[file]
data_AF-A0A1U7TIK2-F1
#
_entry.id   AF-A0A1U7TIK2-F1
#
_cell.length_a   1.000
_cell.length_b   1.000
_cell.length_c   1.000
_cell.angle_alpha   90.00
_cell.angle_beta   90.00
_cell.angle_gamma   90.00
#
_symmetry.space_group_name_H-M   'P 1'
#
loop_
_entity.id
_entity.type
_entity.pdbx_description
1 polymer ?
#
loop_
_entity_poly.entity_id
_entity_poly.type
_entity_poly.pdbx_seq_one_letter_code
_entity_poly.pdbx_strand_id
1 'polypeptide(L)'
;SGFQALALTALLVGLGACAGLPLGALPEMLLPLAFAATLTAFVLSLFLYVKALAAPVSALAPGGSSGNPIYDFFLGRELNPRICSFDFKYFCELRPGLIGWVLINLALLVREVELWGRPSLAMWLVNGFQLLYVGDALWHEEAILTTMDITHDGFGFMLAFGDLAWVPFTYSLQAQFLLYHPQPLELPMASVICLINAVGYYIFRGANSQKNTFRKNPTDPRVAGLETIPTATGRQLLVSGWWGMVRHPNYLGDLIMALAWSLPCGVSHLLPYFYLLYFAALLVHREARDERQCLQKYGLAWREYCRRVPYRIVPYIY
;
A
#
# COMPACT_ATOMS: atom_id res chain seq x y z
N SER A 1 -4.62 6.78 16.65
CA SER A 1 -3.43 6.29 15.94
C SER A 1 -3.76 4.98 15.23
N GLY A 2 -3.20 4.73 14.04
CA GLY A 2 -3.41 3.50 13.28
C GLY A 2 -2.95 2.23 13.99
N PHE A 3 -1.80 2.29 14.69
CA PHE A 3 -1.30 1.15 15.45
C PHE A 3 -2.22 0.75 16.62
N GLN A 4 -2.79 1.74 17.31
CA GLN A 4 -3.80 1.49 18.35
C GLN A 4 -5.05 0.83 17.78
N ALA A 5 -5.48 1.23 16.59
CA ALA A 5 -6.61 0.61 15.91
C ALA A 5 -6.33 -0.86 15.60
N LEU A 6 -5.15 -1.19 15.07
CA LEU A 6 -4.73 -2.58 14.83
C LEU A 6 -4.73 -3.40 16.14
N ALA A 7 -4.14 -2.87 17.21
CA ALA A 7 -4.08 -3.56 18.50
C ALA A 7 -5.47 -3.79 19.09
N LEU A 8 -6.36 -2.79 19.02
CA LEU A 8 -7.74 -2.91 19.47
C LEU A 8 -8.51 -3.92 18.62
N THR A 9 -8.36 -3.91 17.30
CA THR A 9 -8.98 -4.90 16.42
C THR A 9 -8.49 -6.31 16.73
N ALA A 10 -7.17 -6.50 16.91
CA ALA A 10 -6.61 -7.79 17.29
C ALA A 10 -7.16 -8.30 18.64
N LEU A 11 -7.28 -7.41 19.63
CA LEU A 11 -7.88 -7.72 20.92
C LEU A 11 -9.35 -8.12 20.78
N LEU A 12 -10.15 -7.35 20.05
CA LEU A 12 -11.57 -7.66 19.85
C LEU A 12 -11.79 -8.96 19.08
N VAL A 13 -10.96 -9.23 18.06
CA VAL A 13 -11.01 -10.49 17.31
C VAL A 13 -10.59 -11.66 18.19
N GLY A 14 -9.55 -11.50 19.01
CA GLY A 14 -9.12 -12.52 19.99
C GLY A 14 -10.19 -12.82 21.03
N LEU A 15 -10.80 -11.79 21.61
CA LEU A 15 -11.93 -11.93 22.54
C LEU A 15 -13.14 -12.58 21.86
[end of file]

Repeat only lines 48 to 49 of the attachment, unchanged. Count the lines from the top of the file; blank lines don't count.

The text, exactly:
C LEU A 6 -4.73 -3.40 16.14
N ALA A 7 -4.14 -2.87 17.21